In point of fact, realism hasn’t had much purchase among Republican policymakers for nearly a quarter century.  We are a long way from the days when Brent Scowcroft and James A. Baker were the principal foreign policy voices of the GOP. In the years since the first president Bush left office, neocons of the most messianic sort have had a stranglehold on the Republican party, to utterly disastrous effect.

And while the Obama administration could hardly be said to be redoubt of realist thinking, its recent overture to Cuba and its willingness to work with other great powers in finding common ground over Iran’s nuclear program and Syria’s chemical weapons stockpiles, shows that there are indeed workable alternatives to military intervention.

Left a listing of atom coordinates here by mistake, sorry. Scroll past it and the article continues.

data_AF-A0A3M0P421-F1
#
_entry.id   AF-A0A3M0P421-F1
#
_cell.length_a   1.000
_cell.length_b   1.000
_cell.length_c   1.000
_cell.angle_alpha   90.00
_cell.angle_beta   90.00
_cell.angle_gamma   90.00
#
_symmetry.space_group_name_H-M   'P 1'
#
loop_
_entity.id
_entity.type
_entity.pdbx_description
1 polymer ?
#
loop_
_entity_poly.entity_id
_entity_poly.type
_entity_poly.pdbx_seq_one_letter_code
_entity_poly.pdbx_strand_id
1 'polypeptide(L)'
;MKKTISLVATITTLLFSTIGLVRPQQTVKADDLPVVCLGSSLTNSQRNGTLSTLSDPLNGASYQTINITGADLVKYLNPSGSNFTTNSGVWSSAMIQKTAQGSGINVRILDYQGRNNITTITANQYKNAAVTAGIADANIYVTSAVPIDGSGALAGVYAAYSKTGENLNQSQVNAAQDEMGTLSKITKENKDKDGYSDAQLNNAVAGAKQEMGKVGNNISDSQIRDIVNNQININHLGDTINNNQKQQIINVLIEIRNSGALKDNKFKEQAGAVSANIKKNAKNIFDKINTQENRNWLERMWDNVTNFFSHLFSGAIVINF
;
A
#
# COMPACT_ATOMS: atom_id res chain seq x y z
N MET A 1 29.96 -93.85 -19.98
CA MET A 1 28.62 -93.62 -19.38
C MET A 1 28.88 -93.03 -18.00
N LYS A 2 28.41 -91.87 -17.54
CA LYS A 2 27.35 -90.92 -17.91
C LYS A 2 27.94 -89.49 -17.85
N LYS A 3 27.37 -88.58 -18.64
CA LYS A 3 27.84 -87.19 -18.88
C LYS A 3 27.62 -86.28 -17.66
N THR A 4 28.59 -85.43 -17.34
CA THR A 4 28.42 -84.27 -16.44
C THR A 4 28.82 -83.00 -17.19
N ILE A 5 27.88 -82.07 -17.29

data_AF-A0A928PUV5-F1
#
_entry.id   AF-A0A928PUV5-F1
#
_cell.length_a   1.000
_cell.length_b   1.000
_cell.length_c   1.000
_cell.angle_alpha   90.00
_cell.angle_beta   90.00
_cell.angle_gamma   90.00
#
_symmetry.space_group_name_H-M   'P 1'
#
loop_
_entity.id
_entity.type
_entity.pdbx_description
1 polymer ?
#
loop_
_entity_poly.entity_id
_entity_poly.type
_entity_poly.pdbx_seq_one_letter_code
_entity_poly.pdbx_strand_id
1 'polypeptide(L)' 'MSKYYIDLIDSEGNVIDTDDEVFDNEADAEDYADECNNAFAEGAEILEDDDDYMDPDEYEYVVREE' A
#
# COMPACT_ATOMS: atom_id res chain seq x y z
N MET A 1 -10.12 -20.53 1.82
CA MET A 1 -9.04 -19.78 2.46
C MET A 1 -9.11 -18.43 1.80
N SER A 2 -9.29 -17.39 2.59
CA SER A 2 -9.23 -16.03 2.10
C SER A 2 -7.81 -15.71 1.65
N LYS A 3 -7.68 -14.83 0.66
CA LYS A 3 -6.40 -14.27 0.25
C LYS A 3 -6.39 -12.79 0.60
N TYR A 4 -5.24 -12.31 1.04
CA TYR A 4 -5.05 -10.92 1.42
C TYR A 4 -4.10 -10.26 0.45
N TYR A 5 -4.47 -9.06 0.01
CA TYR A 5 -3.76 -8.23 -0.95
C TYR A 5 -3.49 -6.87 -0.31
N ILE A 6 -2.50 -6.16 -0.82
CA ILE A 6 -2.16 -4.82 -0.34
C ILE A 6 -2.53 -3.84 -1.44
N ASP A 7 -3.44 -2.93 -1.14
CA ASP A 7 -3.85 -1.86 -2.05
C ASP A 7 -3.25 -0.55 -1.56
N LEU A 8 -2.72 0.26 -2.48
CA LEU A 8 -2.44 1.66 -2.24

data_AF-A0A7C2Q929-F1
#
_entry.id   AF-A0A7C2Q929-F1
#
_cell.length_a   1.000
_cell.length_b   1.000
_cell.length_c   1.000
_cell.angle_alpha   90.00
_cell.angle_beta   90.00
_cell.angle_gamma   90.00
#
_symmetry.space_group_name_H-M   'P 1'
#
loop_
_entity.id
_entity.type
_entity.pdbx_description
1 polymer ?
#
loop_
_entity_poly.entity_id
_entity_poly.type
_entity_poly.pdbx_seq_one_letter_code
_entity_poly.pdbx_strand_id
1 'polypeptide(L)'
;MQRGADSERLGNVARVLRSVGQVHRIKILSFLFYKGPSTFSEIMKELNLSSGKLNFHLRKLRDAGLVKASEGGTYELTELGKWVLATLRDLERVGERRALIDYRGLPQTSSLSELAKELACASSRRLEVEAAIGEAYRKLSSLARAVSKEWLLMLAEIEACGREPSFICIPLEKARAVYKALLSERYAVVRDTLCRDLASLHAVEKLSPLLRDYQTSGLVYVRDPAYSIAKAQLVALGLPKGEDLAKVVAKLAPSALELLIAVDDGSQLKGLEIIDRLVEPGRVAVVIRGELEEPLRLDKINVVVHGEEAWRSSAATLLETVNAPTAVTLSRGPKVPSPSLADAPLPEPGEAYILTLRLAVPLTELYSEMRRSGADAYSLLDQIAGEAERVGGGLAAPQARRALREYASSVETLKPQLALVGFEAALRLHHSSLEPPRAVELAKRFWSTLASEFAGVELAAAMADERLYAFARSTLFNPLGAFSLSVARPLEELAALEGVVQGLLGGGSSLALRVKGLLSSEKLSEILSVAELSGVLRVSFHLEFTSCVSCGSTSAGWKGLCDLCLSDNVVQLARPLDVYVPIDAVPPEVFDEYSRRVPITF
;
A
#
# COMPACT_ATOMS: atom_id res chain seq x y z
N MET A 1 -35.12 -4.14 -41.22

The idea that realists could (and should) abandon the GOP for the Democratic party should not strike us as radical departure. While realism is to all too often associated with the policies of Richard Nixon and Henry Kissinger, the leading lights of 20th century realism, men like Walter Lippmann, Hans Morgenthau, George F. Kennan, and Reinhold Niebuhr could hardly be described as having been in sympathy with the aims of the Republican party.

Closer to our own time, Democrats as varied in stripe as former Carter National Security Advisor Zbigniew Brzezinski, Nation editor Katrina vanden Heuvel , former Carter speechwriter and journalist James Fallows, and current presidential contender Jim Webb espouse foreign policy views that are far more realist in content than anything the current crop of Republican candidates (to say nothing of their advisors) has to offer.

Rand Paul’s ill-considered and opportunistic opposition to the Iran deal shows, if nothing else, that foreign policy realism is a spent force within the GOP.